SLA 2020 Restructure Initiative

Fellow SLA Members,

Yesterday, 2019 SLA President Hal Kirkwood and I sent a joint message announcing that the SLA Board of Directors had approved a SLA Restructuring initiative for our association. As Hal noted:

“We are at a crucial point in our history and must be willing to make radical changes and try things we’ve never tried before to move SLA forward. Our profession has changed significantly over the last several decades; it is critical we now instigate and lead our own change.”

We continue to be a vibrant association, with 3,500 members and more than 80 communities (chapters and divisions). Our strength lies in our member communities and specifically the learning, networking and volunteer opportunities they offer. But many special librarians and information professionals are now choosing to forego SLA membership and use online platforms to customize their own professional development and networking systems to meet their individual needs.

The effects of these changes on SLA’s communities, operations and finances cannot be overstated. Several SLA chapters and divisions are having trouble filling volunteer positions; others have ceased to exist or merged with other communities. SLA staff positions have been reduced. Needed investments in new technologies have been delayed.

The impact has been especially pronounced in the leadership area. The administrative structures that have served our chapters and divisions for decades lack the flexibility desired by today’s information professionals who are looking to volunteer their time. The demands of SLA leadership roles, as currently configured, are spreading our members too thin and impeding our member recruitment efforts.

The restructuring plan approved by the board is a critical step in “right-sizing” our volunteer leadership structure. Under the plan, each community will have only three required core leadership roles—president, vice president and secretary—who will concentrate their efforts on program planning, building connections and membership development. Communities can establish and fill additional roles on an as-needed basis.

Simplifying our structure offers several benefits. For example, it will—

  • Enable SLA communities to focus on providing learning and networking opportunities that appeal to today’s special librarians and information professionals;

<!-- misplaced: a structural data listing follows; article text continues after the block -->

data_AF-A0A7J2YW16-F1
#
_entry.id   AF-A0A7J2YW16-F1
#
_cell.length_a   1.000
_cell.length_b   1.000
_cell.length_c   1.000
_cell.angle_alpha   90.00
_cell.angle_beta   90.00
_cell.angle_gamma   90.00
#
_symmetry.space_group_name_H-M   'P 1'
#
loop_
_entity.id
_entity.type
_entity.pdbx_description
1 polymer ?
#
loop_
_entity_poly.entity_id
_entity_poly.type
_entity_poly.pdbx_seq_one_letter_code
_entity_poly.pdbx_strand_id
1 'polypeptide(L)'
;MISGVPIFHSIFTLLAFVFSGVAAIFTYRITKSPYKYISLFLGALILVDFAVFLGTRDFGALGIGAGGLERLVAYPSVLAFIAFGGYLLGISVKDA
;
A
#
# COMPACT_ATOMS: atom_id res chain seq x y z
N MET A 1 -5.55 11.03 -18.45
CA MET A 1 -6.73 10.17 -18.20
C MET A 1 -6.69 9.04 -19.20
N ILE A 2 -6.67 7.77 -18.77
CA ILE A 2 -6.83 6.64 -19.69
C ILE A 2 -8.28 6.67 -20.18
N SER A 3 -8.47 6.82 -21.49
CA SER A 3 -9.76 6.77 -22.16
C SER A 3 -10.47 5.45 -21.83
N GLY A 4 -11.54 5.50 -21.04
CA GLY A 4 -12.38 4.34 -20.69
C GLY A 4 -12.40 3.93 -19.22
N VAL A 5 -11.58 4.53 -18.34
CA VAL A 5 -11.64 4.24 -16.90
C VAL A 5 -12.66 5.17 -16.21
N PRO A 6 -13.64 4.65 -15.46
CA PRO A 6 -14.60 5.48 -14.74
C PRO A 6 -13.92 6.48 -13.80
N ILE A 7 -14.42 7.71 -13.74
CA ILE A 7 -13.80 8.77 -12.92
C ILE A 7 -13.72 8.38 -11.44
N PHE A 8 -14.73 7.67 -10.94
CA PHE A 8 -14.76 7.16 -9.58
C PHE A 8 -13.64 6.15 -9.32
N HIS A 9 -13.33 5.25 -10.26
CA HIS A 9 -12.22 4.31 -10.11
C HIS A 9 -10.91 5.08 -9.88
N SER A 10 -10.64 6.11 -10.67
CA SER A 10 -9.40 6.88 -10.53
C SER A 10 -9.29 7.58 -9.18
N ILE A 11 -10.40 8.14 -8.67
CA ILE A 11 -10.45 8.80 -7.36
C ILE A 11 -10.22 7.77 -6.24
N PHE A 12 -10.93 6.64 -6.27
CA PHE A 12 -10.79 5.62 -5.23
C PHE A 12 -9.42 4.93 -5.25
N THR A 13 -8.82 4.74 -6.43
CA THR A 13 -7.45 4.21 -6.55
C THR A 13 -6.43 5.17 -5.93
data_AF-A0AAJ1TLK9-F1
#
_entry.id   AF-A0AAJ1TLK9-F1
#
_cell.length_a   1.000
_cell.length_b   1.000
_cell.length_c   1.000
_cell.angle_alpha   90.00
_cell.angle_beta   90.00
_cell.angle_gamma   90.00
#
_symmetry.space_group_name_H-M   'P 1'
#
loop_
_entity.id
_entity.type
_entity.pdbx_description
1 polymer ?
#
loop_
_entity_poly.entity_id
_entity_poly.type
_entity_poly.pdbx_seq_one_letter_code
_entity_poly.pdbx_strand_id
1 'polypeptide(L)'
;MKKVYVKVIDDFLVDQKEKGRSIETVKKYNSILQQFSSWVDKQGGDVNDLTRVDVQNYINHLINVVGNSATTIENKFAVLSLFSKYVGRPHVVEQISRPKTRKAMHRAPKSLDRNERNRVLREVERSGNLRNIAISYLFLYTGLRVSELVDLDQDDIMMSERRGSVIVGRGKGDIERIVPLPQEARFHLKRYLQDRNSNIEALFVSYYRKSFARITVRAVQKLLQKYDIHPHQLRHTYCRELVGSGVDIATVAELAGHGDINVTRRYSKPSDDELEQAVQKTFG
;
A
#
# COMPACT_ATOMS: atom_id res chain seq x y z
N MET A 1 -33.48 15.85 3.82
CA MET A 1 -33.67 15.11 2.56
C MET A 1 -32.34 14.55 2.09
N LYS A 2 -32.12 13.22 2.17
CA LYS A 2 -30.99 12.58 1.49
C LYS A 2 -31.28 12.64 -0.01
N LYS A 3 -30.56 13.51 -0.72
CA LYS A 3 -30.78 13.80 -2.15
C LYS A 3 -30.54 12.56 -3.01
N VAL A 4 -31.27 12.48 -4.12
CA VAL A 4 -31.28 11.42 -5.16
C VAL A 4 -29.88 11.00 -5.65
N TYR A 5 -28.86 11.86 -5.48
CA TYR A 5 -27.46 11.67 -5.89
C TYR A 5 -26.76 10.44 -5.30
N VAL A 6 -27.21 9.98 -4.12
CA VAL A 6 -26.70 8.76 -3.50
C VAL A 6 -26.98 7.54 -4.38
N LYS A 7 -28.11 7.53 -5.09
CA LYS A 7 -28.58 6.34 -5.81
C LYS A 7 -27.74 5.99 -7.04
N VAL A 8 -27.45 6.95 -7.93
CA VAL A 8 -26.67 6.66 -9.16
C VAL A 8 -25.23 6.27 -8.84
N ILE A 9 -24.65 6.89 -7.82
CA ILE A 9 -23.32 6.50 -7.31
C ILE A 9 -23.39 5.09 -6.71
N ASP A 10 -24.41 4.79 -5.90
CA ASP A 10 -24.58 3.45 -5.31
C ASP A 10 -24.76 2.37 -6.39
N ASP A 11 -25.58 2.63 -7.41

• Enable SLA staff to more efficiently and effectively support communities in attracting, engaging and retaining members; and
  • Make interacting with SLA a more attractive value proposition to potential members, vendor partners, like-minded organizations, and employers.

To underpin this new approach and ensure we meet these goals, the restructuring plan includes a new financial management model that will centralize chapter and division bank accounts into one account. This will streamline the management of finances and reduce the administrative burden on our communities and volunteers while still supporting local delivery of programs, products and activities. Specifically, this financial management model will—

  • Eliminate the need to recruit a treasurer to create and submit financial statements to SLA;
  • Eliminate the need for communities to assume financial responsibility and liability for programs;
  • Make more funds available to smaller communities that historically have lacked funding for programs and events; and
  • Eliminate the costs to communities for services such as website support.

An additional benefit of the restructuring plan is that SLA members will be able to pay one fee for membership and join as many communities as they like (rather than receiving one chapter and one division membership free and paying to join more). This will create new opportunities for cross-pollination of ideas and joint development of programs and events.

Together, these leadership and financial reforms will enable our communities to continue doing what they do best—providing special librarians and information professionals with value in the form of education and networking opportunities—without having to devote precious volunteer time and energy to administrative matters. There is no member value in administrative structure. Member value lies in creating opportunities to gain more knowledge, learn new skills, and build a professional network that serves career goals and a modernized structure will enable us to do this.

These are sweeping changes, and as such they will generate some trepidation. In past years, we have taken incremental steps to address the challenges we face, but incremental thinking will not enable SLA to keep pace with the global information marketplace and position us for future growth. As Hal stated yesterday, we must be willing to make radical changes and try things we’ve never tried before.

SLA has a proud legacy of recruiting, supporting and developing information professionals for the future. Only through bold thinking and decisive action can we sustain our legacy and build an SLA that appeals to information professionals in both traditional and emerging roles. This restructuring plan is the result of such thinking and action.

The SLA Board of Directors will discuss the restructuring plan at its open meeting at the Leadership Symposium. The discussion will take place on Saturday, Jan. 18, from 2:30-4:00 p.m. Eastern time. If you are unable to join us in person, we invite you to participate virtually. If you have questions that you would like asked during the open board meeting, please send them to Claire Sutton (csutton@sla.org) by Friday, January 17, at 12:00 p.m. ET.

Thank you for your support of SLA and the information profession. I look forward to serving you as president in 2020.

Tara Murray Grove

2020 SLA President

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